• Larry Weingarten
    Larry Weingarten Member Posts: 2,181
    Hi, I'm wondering if you want the added insulation, why not add another 2" of foam outside? This would help with dewpoint concerns and then with no insulation inside, the block is better thermally coupled to the interior space, making the temperature swings less. Also, there would be less impediment to drying.

    Yours, Larry
    ps, If you add more foam outside, make sure you stagger the seams.
    mattmia2
  • Motorapido
    Motorapido Member Posts: 233
    Thanks, Larry. I will be hanging LP smartside engineered wood lap siding. With 2 inches of foam and the 2x furring/strapping strips, my Tapcons are already cantilevered out 3 3/4" from the block, and I don't want to risk adding more insulation thickness, which would increase the cantilevering of the tapcons. And Jamie, is your bottom line indicating that I should not add interior insulation? And without any interior insulation, based on my numbers am I OK to proceed with the 2 inches of foam on the exterior and nothing at all on the interior?
  • toeknee
    toeknee Member Posts: 20
    edited March 15
    Does only 2" of XPS constitute an actual vapor barrier? I Thought you needed to have a certain thickness to reduce the permeability numbers of the insulation in order for it to be considered an effective vapor barrier. Im not sure what that thickness is for XPS though. And for this setup, I think you need sufficient thickness of XPS to ensure that the point in the cross section of the wall where the dew point is reached is in the XPS insulation itself. The thicker the insulation on the outside, the further the dew point is to the outside of the wall. XPS is thought to handle moisture pretty well. EPS being the best for moisture.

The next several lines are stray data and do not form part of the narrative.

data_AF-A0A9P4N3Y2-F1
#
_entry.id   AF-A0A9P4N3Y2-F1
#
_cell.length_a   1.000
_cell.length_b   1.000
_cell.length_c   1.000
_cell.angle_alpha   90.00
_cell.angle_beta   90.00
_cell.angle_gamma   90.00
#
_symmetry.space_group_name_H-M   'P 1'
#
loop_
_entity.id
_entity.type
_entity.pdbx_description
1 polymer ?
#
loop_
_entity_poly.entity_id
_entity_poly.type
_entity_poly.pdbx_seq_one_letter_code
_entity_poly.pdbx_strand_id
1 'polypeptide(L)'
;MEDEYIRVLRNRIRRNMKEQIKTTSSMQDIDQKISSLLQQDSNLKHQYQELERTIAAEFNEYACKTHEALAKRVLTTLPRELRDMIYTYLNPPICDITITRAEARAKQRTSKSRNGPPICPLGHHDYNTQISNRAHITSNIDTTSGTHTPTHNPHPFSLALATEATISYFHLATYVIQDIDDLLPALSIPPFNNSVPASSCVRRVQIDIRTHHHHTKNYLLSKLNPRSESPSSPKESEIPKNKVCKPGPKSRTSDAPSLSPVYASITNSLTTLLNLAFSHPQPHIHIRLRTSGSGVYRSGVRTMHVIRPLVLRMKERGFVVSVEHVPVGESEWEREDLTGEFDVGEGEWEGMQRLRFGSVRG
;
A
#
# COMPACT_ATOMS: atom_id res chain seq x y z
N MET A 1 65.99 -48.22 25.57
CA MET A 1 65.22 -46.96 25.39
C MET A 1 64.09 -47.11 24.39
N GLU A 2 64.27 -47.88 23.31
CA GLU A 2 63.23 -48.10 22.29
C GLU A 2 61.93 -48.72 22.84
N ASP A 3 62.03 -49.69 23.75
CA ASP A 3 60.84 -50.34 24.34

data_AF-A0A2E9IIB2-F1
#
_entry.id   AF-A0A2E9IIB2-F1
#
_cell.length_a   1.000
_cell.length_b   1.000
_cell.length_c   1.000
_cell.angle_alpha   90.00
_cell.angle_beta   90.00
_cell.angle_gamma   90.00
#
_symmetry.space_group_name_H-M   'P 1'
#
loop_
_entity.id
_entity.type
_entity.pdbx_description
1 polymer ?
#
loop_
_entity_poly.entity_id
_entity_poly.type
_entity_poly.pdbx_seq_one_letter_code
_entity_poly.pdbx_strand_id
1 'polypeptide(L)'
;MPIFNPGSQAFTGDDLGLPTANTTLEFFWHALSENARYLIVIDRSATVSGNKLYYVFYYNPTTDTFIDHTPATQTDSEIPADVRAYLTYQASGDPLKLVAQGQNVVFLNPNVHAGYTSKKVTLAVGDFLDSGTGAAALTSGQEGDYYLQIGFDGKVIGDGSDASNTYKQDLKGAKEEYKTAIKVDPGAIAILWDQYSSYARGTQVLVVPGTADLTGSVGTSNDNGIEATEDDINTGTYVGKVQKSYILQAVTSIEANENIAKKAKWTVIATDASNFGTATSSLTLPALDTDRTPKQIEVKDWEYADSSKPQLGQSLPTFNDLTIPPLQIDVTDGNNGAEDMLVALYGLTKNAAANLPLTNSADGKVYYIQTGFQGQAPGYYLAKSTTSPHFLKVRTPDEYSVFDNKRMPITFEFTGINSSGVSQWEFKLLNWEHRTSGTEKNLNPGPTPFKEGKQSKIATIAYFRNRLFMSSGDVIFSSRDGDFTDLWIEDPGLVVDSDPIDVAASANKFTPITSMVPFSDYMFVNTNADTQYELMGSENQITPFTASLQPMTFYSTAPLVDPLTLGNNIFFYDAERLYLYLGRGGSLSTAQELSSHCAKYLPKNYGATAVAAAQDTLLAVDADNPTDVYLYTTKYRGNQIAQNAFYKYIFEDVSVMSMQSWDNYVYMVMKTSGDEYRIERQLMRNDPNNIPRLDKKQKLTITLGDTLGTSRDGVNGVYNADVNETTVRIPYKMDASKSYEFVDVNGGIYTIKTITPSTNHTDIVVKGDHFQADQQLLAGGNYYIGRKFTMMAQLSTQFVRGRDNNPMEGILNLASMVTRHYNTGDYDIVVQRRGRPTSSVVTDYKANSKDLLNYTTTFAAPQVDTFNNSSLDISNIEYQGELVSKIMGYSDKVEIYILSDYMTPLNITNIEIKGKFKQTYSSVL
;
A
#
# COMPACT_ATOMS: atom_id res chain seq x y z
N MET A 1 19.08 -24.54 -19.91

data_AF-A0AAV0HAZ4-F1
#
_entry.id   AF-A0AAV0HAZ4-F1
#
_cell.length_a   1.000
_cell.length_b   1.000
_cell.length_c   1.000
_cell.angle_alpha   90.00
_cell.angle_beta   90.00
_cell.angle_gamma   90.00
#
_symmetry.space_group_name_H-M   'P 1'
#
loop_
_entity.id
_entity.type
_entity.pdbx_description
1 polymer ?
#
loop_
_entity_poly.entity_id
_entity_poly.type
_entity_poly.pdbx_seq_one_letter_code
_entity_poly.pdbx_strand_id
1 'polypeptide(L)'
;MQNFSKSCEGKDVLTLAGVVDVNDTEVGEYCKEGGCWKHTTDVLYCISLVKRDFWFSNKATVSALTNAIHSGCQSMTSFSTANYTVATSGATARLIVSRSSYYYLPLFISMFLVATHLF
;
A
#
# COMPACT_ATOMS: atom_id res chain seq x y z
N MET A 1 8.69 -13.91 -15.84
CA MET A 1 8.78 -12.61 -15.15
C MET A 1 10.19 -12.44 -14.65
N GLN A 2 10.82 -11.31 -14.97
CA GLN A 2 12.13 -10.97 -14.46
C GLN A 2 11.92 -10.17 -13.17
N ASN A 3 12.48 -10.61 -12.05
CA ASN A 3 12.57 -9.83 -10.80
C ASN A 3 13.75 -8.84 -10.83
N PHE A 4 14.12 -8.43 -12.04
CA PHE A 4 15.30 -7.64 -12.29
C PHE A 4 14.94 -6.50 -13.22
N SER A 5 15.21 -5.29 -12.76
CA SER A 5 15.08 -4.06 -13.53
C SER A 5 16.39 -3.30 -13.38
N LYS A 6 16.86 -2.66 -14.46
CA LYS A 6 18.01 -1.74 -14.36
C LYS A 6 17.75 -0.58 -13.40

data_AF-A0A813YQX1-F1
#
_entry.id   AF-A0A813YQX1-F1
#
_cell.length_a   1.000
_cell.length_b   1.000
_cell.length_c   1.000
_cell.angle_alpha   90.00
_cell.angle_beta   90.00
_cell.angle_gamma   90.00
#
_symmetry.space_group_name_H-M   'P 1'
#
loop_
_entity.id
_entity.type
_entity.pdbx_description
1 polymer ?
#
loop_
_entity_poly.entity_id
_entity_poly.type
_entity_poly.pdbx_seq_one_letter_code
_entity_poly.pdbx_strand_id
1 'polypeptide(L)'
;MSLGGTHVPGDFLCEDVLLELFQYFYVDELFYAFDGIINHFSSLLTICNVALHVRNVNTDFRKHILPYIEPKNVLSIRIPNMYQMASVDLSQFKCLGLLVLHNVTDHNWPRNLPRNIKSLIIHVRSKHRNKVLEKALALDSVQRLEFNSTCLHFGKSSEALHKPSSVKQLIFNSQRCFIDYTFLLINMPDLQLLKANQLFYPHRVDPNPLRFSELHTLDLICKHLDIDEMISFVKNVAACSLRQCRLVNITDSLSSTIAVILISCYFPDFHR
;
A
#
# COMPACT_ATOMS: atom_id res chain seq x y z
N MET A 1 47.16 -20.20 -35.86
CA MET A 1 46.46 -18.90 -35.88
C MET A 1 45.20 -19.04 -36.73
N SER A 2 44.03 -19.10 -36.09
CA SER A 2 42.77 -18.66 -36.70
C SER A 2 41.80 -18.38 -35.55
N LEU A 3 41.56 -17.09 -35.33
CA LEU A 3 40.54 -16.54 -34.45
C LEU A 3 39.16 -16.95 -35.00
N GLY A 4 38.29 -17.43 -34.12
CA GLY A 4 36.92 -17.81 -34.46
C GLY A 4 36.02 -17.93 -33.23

Also, fiberglass batts handle moisture terribly. Certainly dont want those in an area where they encounter a lot of moisture.
    Arizona
  • toeknee
    toeknee Member Posts: 20
    edited March 15
    If it were me I'd use thinner furring strip, longer fastener and at least 1 more inch of XPS. Fasteners may need to be spaced closer together
    Arizona
  • Motorapido
    Motorapido Member Posts: 233
    toeknee said:

    If it were me I'd use thinner furring strip, longer fastener and at least 1 more inch of XPS. Fasteners may need to be spaced closer together

    I hear you, but LP Smartside wants the fasteners to bite into 1.5 inches of framing/furring, so I have to use 2x.
  • toeknee
    toeknee Member Posts: 20
    how about countersinking holes into the 2x material where the tapcons go
    Arizona
  • toeknee
    toeknee Member Posts: 20
    edited March 15
    with your current 3 3/4" tapcons, you would already have to counter sink as it is with 2" foam

    Edit: sorry, I initially read that post wrong. I now understand, you have 3 3/4 of cantilever. Your fastener is longer than that
    Arizona
  • Jamie Hall
    Jamie Hall Member Posts: 15,950

    Thanks, Larry. I will be hanging LP smartside engineered wood lap siding. With 2 inches of foam and the 2x furring/strapping strips, my Tapcons are already cantilevered out 3 3/4" from the block, and I don't want to risk adding more insulation thickness, which would increase the cantilevering of the tapcons. And Jamie, is your bottom line indicating that I should not add interior insulation? And without any interior insulation, based on my numbers am I OK to proceed with the 2 inches of foam on the exterior and nothing at all on the interior?

    Yes -- sort of. I'm not really keen on insulation without an interior vapour barrier (except for closed cell foam), but in this instance it shouldn't really be a problem over a reasonable term.
    Br. Jamie, osb
    Building superintendent/caretaker, 7200 sq. ft. historic house museum with dependencies in New England
  • toeknee
    toeknee Member Posts: 20
    edited March 15
    How about something like this. Birds eye view



    Arizona
  • hot_rod
    hot_rod Member Posts: 14,797
    Foam adhesive also?
    I saw a demo of a Tapcon competitor over on IG that everyone is raving about, I'll look for the brand name.
    Bob "hot rod" Rohr
    trainer for Caleffi NA
    Living the hydronic dream
  • Canucker
    Canucker Member Posts: 685